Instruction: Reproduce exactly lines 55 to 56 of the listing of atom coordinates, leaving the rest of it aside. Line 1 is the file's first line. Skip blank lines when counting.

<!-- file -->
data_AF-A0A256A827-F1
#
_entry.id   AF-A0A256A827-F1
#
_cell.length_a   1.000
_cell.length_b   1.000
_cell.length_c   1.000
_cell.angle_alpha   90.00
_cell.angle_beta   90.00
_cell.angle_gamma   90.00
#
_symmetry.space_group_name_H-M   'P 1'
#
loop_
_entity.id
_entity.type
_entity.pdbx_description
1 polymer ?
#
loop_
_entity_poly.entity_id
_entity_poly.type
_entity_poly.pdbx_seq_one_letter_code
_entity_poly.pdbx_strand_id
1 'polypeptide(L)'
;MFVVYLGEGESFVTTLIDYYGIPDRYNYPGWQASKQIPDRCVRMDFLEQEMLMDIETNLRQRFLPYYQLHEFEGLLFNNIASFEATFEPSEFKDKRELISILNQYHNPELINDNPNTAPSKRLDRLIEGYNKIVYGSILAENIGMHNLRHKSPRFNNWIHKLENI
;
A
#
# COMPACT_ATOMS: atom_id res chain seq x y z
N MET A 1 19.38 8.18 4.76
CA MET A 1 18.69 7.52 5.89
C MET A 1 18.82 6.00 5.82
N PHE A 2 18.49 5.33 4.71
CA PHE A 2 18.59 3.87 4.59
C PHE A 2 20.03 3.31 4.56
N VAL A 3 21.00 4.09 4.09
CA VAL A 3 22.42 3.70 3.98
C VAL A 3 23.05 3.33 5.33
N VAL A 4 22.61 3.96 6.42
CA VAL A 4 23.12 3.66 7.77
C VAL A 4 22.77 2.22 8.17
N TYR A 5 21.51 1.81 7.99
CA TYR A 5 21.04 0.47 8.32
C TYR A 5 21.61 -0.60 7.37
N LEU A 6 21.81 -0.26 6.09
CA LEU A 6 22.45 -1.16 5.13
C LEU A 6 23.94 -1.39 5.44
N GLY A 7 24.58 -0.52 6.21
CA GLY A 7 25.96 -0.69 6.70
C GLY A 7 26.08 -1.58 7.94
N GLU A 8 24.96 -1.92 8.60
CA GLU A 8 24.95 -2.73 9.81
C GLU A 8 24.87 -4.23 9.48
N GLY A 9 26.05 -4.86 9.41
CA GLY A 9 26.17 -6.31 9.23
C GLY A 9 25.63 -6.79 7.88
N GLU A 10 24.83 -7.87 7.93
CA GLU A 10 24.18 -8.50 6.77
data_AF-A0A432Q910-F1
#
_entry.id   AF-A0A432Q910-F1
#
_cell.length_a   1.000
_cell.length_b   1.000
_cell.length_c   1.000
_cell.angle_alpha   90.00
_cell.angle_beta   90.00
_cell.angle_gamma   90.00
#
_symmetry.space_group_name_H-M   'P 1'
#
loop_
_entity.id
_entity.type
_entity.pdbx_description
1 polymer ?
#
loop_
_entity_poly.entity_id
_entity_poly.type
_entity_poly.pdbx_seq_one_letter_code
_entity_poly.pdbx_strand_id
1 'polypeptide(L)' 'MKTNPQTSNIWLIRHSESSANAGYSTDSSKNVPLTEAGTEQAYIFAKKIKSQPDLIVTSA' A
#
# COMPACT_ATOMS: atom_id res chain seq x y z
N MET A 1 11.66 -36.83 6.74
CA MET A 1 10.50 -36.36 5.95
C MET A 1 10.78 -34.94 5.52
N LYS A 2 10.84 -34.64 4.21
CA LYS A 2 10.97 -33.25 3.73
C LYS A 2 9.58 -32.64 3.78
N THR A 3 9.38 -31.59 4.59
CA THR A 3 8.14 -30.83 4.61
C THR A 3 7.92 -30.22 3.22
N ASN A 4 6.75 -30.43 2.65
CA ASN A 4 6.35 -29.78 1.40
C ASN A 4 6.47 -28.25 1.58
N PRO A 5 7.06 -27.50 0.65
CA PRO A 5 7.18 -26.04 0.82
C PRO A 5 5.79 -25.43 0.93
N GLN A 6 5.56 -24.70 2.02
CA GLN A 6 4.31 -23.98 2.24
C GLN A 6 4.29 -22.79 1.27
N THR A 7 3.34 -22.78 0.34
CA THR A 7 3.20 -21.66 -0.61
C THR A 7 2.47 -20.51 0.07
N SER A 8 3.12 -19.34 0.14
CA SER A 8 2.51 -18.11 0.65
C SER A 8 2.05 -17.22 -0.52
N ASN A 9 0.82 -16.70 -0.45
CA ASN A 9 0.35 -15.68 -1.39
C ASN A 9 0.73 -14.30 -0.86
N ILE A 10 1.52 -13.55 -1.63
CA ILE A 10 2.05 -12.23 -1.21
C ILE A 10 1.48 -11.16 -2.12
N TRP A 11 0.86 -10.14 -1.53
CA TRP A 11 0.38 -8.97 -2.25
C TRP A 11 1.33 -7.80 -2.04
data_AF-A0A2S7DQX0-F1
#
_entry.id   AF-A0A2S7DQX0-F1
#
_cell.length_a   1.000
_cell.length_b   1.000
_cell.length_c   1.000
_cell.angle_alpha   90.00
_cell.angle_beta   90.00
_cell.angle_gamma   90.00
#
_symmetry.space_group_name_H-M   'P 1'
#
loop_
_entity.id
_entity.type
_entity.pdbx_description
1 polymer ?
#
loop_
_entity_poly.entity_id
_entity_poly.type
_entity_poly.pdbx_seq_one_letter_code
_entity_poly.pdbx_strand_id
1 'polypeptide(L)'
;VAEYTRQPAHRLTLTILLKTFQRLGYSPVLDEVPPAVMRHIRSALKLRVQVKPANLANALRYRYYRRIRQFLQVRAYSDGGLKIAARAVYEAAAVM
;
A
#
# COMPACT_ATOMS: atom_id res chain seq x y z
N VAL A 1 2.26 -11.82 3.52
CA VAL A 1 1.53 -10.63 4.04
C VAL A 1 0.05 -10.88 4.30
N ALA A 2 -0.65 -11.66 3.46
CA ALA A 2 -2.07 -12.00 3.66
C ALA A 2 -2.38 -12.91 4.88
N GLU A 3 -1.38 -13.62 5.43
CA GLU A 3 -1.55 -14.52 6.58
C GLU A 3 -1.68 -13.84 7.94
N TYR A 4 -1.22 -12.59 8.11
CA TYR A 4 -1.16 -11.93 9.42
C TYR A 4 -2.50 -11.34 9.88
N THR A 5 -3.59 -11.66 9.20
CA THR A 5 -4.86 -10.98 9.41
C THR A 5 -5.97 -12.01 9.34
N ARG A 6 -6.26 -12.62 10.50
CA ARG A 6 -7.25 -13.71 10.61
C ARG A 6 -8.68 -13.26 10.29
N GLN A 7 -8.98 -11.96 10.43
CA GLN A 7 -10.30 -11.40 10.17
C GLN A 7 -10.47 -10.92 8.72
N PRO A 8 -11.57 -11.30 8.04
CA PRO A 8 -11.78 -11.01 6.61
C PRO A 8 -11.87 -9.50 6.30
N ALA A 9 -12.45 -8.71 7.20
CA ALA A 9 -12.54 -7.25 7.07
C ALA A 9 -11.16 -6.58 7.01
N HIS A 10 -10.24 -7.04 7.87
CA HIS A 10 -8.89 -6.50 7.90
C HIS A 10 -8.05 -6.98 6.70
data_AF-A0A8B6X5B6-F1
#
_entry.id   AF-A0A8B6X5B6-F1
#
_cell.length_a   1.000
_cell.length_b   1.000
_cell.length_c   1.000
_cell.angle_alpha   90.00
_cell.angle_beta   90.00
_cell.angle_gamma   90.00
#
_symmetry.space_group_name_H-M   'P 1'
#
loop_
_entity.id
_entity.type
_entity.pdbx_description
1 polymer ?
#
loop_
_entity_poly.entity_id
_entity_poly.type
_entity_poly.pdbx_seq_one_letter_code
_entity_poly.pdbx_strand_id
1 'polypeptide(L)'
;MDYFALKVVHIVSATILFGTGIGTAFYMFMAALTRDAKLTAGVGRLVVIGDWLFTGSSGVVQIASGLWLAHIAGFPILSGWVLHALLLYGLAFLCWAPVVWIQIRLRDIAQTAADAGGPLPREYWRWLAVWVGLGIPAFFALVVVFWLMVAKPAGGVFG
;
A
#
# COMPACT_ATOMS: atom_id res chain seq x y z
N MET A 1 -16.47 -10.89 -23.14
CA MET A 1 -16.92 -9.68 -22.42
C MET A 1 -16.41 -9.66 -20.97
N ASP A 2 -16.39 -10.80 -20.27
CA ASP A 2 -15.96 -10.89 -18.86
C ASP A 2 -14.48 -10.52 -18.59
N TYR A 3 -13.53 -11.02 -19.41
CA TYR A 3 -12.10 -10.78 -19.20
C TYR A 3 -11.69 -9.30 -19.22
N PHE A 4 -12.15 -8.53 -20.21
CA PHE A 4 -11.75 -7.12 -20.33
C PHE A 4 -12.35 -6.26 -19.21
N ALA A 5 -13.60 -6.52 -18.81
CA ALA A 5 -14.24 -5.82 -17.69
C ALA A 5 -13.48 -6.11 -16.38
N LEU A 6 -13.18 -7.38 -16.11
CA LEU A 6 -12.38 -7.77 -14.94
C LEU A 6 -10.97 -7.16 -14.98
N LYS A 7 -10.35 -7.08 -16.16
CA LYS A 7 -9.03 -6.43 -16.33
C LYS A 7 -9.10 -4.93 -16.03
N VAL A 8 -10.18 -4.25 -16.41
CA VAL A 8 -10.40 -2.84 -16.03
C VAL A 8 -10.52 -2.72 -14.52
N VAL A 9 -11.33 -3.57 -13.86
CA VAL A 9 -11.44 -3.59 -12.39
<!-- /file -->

N GLY A 9 26.05 -4.86 9.41
CA GLY A 9 26.17 -6.31 9.23